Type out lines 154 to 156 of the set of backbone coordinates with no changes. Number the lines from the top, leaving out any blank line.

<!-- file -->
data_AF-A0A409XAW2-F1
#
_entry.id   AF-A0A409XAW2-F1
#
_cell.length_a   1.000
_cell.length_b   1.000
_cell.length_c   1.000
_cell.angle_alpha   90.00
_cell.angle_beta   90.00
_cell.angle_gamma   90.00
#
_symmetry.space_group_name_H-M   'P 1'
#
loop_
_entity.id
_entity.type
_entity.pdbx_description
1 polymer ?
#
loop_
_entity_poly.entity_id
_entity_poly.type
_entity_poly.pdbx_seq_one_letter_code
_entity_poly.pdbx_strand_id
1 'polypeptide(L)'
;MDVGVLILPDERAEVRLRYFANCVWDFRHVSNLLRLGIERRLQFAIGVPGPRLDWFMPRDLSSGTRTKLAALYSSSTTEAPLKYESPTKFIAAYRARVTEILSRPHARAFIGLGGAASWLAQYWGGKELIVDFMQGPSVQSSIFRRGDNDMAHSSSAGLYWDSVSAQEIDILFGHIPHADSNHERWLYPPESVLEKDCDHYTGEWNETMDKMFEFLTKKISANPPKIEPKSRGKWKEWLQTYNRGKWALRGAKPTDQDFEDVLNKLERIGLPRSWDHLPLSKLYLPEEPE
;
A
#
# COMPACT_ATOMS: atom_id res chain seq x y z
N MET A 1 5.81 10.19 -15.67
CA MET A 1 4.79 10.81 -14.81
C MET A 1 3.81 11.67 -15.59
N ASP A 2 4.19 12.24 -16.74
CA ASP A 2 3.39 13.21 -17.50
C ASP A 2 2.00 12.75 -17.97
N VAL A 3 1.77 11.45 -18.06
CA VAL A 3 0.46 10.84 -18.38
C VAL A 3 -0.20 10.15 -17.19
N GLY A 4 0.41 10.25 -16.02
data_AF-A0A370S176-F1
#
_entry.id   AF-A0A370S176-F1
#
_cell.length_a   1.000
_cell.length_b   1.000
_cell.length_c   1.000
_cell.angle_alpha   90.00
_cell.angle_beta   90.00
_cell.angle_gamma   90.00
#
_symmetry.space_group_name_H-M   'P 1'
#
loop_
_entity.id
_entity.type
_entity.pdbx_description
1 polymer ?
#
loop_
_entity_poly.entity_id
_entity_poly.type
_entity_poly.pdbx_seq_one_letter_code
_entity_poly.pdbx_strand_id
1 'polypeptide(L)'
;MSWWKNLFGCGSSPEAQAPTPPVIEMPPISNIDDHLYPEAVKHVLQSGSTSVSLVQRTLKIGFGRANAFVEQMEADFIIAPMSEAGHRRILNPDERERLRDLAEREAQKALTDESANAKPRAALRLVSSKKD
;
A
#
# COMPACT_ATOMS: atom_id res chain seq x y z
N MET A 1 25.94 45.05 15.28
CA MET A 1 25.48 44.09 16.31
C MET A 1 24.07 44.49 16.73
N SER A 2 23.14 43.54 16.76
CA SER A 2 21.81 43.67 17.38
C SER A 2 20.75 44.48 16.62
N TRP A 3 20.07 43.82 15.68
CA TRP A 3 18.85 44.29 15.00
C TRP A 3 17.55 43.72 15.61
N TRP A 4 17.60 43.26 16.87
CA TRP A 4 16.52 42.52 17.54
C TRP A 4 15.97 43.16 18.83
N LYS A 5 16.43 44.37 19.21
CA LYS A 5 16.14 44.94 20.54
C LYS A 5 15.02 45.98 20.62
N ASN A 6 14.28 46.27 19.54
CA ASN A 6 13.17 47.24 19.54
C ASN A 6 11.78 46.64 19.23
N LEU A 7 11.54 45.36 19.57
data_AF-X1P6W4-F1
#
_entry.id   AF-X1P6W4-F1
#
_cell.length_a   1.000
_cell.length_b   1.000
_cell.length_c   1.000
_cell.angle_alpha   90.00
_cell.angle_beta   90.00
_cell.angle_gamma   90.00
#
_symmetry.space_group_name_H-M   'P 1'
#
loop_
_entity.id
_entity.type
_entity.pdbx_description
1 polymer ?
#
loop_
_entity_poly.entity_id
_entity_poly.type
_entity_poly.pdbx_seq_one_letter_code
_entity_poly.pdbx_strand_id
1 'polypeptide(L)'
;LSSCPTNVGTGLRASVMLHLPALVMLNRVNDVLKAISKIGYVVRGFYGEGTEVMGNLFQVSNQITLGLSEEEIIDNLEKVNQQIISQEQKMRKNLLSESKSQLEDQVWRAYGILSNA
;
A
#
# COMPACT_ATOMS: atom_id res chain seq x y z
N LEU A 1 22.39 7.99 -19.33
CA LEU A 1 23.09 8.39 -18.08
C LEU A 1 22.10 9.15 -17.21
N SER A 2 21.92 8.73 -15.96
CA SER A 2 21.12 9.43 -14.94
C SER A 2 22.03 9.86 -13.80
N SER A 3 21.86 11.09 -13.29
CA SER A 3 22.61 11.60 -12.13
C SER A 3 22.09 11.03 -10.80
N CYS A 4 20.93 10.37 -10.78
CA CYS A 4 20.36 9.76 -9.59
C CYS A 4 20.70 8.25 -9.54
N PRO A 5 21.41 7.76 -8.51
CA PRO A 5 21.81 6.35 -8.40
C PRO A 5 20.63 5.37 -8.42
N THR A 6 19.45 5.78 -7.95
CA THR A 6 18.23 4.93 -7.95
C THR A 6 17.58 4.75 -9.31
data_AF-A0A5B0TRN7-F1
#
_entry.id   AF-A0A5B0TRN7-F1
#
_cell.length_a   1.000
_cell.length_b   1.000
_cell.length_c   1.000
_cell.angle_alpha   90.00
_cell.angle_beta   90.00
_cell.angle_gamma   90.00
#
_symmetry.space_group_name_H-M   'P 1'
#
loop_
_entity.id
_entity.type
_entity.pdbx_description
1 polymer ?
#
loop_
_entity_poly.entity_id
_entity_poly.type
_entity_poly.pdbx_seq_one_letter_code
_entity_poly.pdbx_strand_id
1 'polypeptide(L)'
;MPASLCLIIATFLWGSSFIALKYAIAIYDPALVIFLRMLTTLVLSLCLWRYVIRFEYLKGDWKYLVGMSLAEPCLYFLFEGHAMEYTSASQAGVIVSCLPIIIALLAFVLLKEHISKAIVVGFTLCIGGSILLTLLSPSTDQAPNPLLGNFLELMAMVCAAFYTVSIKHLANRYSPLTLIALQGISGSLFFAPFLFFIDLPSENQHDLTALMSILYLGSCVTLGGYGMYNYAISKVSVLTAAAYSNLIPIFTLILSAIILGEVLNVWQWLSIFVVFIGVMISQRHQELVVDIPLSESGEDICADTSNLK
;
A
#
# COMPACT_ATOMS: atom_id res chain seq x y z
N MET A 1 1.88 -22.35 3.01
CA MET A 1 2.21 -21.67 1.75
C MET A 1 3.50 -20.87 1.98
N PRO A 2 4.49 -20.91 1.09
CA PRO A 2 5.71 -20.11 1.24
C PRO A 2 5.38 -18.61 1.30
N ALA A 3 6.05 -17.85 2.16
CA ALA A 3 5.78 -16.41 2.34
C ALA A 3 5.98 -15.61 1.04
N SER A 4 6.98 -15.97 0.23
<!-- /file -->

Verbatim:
_entity.pdbx_description
1 polymer ?
#